On Monday, they received that much needed approval. A tree service company, Allmark Tree & Crane Service, received the green light from the mayor to get the cat down.

With assistance from the Schenectady Fire Dept., the tree service company was able to safely rescue the cat.

Somaliland Parliamentary Elections: Peace and Democracy

Europe Elects

Initially rickety, Somalilander democracy seems much more solid today than at the beginning of the century. In 2010 and later in 2017 the country experienced two peaceful presidential alternations in office, an unprecedented achievement for the region. A miracle which is largely based on the establishment of a particular political system: for the historian Gérald Prunier, ‘Somaliland incorporated its old clan conflict management mechanisms into British common law to achieve a new form of democracy’.

Somaliland has a bicameral presidential political system, which combines three electoral modalities :
= The President is elected by universal, single-round ballot for a four-year term.
= The House of Representatives, which will be elected on May 31, is made up of 82 deputies, elected by multi-member proportional representation for a period of five years.
= The House of Elders is a de facto non-elected assembly, made up of traditional tribal leaders and responsible for revising the bills passed by the House of Representatives.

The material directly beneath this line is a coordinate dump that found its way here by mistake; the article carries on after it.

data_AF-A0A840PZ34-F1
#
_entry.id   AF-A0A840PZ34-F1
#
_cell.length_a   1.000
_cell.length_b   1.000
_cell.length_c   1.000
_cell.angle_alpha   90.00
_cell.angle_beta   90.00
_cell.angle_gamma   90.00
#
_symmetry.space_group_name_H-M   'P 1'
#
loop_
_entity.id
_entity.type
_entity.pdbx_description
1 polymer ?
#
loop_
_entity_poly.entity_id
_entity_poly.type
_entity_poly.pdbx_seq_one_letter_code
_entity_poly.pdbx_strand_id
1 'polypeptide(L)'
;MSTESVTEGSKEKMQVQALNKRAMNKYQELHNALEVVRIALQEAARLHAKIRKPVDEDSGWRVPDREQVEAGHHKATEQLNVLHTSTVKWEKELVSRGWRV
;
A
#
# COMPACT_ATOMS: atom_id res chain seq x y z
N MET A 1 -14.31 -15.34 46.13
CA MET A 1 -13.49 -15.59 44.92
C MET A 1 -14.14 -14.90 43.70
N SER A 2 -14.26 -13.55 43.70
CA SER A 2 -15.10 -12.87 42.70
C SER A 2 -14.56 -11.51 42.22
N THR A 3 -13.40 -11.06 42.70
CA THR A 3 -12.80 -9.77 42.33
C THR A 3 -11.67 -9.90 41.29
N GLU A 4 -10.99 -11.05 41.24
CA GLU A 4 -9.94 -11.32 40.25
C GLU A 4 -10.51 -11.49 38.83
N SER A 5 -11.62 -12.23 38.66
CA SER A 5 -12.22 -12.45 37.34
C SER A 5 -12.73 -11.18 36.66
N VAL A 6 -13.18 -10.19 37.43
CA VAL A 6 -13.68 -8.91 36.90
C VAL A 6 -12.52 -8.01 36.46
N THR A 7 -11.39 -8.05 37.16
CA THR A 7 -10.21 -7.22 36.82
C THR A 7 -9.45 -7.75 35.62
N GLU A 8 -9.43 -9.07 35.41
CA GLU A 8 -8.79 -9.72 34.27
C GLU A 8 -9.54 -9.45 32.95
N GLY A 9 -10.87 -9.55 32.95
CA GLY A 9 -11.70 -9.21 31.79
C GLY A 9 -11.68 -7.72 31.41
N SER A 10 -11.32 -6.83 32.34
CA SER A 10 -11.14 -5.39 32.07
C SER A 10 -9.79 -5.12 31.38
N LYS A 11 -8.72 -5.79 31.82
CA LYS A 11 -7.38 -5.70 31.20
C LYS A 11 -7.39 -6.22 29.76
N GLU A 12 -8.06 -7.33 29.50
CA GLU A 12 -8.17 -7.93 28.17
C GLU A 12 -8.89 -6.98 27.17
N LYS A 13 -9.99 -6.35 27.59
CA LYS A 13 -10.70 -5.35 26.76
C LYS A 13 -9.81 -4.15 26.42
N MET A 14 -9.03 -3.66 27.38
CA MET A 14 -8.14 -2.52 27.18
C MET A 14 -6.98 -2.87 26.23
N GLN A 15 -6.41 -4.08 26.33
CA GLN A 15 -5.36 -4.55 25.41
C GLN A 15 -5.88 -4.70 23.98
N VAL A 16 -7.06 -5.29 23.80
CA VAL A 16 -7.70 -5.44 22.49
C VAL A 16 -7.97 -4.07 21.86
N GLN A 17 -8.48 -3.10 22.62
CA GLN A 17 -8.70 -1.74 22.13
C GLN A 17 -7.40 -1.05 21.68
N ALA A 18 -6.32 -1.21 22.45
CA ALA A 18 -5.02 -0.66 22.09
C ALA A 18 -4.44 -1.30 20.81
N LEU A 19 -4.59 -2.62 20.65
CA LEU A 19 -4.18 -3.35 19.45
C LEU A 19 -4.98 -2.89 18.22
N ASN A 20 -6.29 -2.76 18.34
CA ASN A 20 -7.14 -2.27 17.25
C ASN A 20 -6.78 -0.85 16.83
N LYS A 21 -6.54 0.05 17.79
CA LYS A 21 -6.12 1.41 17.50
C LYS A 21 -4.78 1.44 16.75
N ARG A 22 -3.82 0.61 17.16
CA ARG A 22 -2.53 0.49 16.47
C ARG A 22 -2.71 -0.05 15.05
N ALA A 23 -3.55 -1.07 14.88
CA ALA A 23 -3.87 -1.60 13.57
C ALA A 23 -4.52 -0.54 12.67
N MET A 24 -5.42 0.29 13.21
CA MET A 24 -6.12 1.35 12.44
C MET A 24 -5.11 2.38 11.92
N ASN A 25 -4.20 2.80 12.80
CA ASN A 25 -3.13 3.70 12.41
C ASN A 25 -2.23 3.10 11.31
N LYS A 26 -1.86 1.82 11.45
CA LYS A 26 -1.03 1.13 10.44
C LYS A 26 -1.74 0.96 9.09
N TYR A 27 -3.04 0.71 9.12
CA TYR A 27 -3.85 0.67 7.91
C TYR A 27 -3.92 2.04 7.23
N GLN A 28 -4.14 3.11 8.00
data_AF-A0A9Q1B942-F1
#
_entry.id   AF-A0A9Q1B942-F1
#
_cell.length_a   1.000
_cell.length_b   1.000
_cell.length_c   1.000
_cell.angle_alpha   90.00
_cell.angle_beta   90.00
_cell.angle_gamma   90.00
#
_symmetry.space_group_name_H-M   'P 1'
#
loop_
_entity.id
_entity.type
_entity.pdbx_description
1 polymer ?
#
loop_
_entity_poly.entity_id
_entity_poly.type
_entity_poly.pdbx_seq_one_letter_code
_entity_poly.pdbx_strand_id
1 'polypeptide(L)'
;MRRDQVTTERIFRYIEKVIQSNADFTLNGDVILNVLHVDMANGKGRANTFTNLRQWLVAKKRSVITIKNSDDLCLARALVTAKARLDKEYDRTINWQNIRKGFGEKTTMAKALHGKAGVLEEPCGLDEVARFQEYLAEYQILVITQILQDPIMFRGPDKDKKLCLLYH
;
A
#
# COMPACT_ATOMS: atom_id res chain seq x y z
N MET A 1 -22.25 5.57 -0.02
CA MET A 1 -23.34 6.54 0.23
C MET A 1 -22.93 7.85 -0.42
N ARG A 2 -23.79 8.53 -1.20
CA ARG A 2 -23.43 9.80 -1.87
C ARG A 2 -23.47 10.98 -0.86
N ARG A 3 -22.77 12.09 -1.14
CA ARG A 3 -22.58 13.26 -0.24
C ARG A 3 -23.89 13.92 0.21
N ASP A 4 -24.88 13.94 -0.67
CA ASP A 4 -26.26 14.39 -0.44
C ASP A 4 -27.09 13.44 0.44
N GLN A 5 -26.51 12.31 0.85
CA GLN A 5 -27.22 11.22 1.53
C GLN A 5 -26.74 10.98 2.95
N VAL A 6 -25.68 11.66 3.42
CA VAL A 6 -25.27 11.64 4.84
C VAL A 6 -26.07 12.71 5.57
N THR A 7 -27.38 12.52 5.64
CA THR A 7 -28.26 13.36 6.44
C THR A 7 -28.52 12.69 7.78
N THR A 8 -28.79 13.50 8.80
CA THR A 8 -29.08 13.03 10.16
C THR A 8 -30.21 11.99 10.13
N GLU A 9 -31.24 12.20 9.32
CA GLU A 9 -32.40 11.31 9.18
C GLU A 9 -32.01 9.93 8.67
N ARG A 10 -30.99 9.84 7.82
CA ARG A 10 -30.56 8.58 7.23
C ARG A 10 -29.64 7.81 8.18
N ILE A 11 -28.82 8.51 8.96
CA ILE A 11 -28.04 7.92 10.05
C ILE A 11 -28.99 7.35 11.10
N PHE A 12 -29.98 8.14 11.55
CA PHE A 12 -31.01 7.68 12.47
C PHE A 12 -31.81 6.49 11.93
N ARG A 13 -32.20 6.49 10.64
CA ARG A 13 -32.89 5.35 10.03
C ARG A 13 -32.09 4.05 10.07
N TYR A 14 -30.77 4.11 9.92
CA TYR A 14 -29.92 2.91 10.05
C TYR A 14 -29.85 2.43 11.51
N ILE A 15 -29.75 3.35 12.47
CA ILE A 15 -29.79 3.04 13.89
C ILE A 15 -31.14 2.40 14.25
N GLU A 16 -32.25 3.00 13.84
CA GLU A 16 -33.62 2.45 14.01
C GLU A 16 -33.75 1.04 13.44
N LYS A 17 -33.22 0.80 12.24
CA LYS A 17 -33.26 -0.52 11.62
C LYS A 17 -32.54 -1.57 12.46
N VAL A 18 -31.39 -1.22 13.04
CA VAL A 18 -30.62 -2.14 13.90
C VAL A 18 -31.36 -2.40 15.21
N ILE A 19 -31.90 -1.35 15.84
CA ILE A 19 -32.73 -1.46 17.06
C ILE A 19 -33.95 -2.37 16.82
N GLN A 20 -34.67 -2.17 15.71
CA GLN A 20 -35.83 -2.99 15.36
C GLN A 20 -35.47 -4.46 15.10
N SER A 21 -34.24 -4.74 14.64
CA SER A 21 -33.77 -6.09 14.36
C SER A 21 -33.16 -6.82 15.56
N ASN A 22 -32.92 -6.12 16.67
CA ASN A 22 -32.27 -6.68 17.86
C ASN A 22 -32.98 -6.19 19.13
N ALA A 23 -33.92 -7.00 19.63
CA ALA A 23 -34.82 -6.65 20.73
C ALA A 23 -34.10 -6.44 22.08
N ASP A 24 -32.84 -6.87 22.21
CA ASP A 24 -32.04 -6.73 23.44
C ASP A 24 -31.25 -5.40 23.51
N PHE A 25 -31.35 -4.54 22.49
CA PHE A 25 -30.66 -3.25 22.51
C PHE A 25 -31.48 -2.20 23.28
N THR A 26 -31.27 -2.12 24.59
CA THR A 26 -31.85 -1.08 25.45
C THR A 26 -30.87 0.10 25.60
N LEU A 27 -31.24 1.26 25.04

Only three political parties are allowed to participate in presidential and legislative elections at once. These are determined according to the results of the municipal elections, which take place once every ten years: the three parties which receive at least 20% of the vote in every constituency of the country (or, failing that, those which receive the most votes nationwide) enjoy national electoral accreditation. This system aims for parties to unite at the national level and therefore to reduce political tribalism.

Undoubtedly, democratic life in Somaliland is far from ideal. Elections are regularly postponed due to organisational or economic difficulties: the current House of Representatives has not been renewed for sixteen years, and the Chamber of Elders does not have a strict renewal procedure. Additionally, suspicions of corruption regularly hang over elected officials, although these denunciations are less recurrent than in the past. But Somaliland is still moving in the direction of increasing liberal democratisation. The country is even, sometimes, a pioneer in the matter: during the 2017 presidential election, the authorities successfully used an iris recognition biometric system, in order to avoid double votes. A world first.